The Bank of England’s Monetary Policy Committee voted to raise interest rates in November for the first time in 10 years. The Bank rate is now 0.5%, back to where it was before the UK voted to leave the EU in the referendum in June 2016.
Having such low interest rates for such a long time is odd for the UK. In the 1980’s the average rate was 11.5%, while since 2010 the average has been less than half a percent. Even if such a low rate of interest is strange for the UK in a historic context, this rise is definitely not the start of a consistent and frequent increase in rates to the levels of earlier decades.
The Bank of England has based its latest forecasts on the assumption that there will be only two more 0.25% increases in rates over the next two years. And the financial markets pretty much agree. The markets don’t expect rates to get above 1.25 within five years.
The rise in rates will make very little difference to the housing market. Mortgage rates are already historically low and while some of the increase in bank rate may be passed on to new and existing borrowers there are two crucial factors that will limit any negative effect.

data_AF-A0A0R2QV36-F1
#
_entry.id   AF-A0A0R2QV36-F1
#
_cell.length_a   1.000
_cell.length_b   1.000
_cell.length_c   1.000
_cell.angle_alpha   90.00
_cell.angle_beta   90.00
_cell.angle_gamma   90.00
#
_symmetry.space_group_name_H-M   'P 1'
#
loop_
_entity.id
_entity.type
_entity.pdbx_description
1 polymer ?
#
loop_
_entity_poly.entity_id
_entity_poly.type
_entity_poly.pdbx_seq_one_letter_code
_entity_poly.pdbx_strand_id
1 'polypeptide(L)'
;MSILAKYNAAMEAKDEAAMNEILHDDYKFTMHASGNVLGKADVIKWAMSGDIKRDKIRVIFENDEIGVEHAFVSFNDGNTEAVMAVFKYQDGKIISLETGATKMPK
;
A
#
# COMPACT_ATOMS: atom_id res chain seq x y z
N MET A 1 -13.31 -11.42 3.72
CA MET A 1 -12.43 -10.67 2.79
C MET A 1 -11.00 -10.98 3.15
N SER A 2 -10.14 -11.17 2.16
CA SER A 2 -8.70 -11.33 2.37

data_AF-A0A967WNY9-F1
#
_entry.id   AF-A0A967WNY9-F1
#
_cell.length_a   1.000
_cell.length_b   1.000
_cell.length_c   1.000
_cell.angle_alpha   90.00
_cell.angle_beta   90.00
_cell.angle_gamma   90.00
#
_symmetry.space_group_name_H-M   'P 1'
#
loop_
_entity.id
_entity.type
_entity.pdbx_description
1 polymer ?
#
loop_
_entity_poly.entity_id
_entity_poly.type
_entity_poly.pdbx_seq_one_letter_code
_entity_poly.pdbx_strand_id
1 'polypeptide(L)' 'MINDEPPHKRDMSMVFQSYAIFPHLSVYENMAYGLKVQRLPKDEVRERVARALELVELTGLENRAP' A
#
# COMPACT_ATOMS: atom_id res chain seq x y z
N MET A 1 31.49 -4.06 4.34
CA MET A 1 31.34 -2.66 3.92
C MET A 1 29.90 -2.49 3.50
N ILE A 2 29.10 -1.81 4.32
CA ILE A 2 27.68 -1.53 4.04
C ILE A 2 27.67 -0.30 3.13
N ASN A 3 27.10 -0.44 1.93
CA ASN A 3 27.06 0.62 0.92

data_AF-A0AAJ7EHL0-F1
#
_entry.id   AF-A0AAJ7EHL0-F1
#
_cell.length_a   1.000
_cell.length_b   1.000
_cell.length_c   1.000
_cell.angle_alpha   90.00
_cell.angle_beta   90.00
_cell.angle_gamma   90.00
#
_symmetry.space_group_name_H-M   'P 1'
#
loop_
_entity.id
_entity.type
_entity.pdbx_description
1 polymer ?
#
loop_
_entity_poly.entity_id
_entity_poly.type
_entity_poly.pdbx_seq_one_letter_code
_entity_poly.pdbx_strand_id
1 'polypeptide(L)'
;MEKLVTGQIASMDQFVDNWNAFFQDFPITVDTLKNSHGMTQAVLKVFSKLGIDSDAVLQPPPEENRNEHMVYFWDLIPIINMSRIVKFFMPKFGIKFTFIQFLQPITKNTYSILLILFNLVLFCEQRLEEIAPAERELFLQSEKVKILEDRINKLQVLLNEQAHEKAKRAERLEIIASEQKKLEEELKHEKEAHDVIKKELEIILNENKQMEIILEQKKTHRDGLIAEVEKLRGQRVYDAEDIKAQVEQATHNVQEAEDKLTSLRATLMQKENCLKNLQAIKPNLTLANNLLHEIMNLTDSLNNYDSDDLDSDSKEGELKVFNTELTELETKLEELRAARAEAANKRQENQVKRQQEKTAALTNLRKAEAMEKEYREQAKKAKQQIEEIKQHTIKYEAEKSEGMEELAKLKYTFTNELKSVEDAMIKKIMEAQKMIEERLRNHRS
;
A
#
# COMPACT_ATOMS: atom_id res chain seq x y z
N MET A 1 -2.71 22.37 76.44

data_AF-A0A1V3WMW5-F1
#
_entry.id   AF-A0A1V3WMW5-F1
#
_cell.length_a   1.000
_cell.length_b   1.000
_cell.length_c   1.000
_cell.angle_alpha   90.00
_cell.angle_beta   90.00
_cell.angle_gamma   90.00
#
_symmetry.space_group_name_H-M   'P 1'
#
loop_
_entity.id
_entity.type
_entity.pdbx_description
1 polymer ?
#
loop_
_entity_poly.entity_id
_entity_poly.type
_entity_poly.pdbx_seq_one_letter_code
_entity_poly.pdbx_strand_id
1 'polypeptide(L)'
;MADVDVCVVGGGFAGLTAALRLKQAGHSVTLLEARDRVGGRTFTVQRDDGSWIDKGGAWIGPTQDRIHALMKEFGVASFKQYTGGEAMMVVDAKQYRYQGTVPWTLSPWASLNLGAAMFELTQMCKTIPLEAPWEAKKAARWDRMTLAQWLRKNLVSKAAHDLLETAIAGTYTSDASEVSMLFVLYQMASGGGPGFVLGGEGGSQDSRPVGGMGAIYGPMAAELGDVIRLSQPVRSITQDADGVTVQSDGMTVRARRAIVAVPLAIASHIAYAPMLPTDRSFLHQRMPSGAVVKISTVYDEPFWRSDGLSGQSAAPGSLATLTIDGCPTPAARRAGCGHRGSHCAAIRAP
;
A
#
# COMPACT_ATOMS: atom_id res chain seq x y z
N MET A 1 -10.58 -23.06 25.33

The first is that competition for mortgage business is still fierce, which will prevent mortgage rates drifting up sharply. Attractive deals will still be available. Allied to this is the expectation that most mortgage lenders will not pass on the whole increase in their savings rates. That means that the cost of funding will not rise as much, allowing lenders to widen margins, but also giving room to compete.
The second is that two thirds of all mortgages are on a fixed rate and will face no change in rates. Even those coming to the end of fixed rate deals will often face lower payments on new deals than they had been paying. That will limit the likelihood of any increase in payment problems or forced sales which could otherwise impact price growth and activity in the market. Furthermore, new borrowers already have to satisfy lenders that they can tolerate a rise in mortgage rates to c7%, significantly beyond the current offered rate even if the whole 25bp rise is passed on. The overall effect of the rate rise on affordability – of new or existing loans – is therefore minimal.
That is really good news for people wishing to buy property now. Even though the latest generation of first time buyers have no knowledge of the risks of rising interest rates on mortgage payments, buyers are well protected by the affordability tests they had to pass to qualify.
On top of that, they can budget in the knowledge that interest rates will remain low for some time to come, keeping their mortgage payments manageable. And if our forecasts are correct, wages will begin to increase faster than inflation in 2018. That will improve the standard of living of households, in turn helping to boost economic and housing market sentiment. While this is unlikely to cause the rate of activity to increase sharply, it will help to set the foundations for the market to gradually begin to return to normality.